Conversely, the kids-only space is pure delight; a double-car garage that has been converted into a children’s playroom complete with a slide, soft-foam tiles and a dress-up wardrobe. In some rooms, Ashleigh chose to use materials that appear high-end, but can withstand the demands of young children and pets.

“There needs to be an understanding between your space, the couple’s space and the kids’ space,” says Ashleigh, who gives all the credit for the house to her design team. “For example, in the dining room, we wanted to create a place that was formal, but where the kids could eat too. So we made a breakfast nook for them, because we needed a place for them to have their macaroni and cheese,” she laughs.

“With the Great Room, it has a lot of nice things, so we chose to say to the kids, ‘You’re allowed to go in there but you can’t mistreat it’. They have their own playroom in the garage that is theirs to do whatever they want with, as long as they keep it tidy.”

The design of the Lunds’ home is not dictated by any one theme; however, there are a few influences that thread throughout the house, reflecting the couple’s passions and interests. Within the living room, a large wall adorned from floor to ceiling with photographs is a testament to the family’s love of travel. There are images from all over the world, from Europe to South America, South-East Asia to Australia.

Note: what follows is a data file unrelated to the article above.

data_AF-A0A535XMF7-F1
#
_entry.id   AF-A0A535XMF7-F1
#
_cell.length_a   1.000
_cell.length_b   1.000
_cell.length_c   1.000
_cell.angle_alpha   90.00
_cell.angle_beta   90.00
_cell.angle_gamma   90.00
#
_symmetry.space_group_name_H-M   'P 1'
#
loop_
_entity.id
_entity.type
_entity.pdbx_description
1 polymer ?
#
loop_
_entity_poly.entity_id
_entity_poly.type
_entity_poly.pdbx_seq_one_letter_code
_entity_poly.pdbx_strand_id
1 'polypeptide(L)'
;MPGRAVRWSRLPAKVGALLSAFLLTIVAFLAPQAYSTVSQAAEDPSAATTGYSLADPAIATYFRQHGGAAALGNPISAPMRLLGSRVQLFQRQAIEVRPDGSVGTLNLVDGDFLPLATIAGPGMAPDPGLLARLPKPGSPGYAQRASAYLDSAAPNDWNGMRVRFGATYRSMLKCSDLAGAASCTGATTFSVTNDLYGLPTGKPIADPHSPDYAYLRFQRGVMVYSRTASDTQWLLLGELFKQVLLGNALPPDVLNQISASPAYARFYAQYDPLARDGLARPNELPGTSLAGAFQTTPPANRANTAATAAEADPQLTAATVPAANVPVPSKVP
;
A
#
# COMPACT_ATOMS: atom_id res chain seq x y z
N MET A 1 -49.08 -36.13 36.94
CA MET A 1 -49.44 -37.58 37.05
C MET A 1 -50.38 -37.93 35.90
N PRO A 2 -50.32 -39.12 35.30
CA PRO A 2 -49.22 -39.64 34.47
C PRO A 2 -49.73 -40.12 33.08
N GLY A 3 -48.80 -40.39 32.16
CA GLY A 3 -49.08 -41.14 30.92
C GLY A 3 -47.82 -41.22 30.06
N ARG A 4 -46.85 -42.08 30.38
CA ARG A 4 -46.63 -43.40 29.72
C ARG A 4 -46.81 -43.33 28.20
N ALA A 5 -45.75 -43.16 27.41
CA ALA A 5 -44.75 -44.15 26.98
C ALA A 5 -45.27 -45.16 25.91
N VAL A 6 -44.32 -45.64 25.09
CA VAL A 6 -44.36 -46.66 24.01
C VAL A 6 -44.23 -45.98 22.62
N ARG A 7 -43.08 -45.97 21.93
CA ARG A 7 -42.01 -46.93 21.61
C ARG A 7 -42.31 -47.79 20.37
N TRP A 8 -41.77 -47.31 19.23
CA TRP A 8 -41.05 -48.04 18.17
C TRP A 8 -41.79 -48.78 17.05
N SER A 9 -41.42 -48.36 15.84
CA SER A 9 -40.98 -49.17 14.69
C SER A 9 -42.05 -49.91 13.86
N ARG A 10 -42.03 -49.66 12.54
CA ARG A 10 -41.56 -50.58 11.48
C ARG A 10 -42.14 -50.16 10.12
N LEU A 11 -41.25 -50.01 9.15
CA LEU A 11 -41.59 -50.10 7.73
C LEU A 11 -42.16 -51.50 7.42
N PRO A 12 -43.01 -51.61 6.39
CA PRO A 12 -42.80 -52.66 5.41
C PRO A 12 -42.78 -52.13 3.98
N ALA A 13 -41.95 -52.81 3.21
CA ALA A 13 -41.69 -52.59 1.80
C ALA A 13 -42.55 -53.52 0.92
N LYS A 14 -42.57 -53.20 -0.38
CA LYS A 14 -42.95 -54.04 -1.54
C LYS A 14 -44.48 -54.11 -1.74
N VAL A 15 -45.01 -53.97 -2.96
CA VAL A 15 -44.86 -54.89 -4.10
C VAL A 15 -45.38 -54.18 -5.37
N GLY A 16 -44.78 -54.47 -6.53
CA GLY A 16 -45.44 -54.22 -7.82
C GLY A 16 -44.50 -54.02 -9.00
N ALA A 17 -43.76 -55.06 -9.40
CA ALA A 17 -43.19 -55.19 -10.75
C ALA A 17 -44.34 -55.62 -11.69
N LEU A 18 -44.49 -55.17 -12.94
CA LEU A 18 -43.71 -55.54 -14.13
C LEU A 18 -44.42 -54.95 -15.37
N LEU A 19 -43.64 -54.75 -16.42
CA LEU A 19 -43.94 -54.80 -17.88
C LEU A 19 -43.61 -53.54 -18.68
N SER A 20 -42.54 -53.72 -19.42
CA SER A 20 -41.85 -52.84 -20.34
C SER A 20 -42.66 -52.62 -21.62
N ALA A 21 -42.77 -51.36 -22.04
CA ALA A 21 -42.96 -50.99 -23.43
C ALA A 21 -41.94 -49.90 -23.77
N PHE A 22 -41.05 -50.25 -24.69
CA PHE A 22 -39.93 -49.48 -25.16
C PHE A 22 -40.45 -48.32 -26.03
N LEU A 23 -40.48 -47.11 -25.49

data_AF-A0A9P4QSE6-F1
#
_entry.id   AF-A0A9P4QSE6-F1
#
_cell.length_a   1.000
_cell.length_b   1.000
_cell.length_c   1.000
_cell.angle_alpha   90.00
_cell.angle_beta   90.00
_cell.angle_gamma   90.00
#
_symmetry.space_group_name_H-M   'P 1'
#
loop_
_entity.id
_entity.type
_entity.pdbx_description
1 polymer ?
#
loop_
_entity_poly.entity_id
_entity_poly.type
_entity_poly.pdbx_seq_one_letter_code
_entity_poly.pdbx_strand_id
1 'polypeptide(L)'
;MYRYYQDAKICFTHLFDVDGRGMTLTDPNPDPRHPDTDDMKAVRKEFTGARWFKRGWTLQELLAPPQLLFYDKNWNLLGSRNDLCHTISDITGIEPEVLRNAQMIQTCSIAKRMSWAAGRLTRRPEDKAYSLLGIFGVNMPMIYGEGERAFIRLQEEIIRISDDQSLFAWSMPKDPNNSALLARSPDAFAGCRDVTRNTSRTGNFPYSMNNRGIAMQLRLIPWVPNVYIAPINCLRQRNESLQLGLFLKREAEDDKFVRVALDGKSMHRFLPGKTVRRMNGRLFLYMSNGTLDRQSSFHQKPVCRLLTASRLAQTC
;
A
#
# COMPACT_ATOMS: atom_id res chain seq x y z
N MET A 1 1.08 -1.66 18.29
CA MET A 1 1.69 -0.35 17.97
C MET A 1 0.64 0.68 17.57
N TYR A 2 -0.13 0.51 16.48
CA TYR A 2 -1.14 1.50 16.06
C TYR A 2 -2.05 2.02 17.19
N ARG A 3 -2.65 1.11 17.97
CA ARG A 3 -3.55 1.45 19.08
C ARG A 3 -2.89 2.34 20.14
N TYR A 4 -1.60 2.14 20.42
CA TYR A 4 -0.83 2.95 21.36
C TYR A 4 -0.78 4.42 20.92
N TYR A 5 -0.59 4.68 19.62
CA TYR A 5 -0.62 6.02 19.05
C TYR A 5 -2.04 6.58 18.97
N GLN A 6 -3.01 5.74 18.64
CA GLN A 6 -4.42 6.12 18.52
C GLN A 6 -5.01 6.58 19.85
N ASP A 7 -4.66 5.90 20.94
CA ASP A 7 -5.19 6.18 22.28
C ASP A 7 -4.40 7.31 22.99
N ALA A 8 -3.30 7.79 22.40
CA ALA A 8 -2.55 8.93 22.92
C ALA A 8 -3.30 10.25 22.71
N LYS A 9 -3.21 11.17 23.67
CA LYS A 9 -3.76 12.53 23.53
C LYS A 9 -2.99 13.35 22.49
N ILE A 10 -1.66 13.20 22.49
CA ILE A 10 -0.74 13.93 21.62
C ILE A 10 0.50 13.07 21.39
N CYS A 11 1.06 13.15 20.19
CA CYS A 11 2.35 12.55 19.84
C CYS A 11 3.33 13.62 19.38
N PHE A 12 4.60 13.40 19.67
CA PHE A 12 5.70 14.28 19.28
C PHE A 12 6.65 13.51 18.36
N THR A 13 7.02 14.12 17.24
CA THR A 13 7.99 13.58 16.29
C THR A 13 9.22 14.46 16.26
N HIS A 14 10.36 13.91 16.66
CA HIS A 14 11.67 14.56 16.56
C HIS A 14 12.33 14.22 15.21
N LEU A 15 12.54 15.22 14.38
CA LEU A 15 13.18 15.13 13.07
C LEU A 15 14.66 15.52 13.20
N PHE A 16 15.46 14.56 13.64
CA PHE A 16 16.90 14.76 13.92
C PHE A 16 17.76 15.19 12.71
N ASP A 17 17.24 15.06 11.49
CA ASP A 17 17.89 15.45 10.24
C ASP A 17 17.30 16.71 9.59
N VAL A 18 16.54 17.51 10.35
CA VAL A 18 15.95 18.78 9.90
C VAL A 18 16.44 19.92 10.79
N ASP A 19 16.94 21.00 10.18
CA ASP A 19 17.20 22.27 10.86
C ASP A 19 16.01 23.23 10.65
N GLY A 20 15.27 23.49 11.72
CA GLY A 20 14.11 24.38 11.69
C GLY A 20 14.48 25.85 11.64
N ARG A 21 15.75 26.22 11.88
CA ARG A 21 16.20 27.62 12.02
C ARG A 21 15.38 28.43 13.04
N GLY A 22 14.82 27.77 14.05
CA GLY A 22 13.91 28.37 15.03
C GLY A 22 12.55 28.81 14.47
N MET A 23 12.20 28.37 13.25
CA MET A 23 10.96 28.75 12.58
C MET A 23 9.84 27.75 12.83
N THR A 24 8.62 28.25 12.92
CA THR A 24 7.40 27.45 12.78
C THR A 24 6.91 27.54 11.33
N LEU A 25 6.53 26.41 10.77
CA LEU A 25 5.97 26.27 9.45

Another key design theme is the sea, evident in the abundance of coral and shell pieces and the coastal-inspired accents, from a striking glass octopus to a light modelled on a sea-urchin.

“It is about creating a space around what you enjoy,” Ashleigh says. “I take lots of photos and collect things when we travel and we wanted to feature these things. When we go somewhere in the world and we find something we like, like a piece of reclaimed coral or an interesting vase, we want to show that off. We asked our design team to find a way to celebrate these things.”

Ashleigh’s favourite spaces in the house are the Solarium, an enclosed outdoor area with sumptuous wicker furniture upholstered in crisp white linens and evergreen cushions; the Great Room, as it’s “so soft”; and the Family Room for its lived-in feel. Although she says her house has the “tender love and care of a designer,” she believes the key to creating a space that you truly enjoy coming home to is to capture your own passions and tastes.

“We wanted people to get a sense of style, but also feel comfortable. We don’t want to give the impression that we’re stuffy people, but we want to celebrate our nice things,” she says.

“We’ve injected our own style into the house. It’s constantly evolving as we pick up pieces from around the world. It takes time to put yourself into a space.” 


Stephen Clarke & Justin Uzzell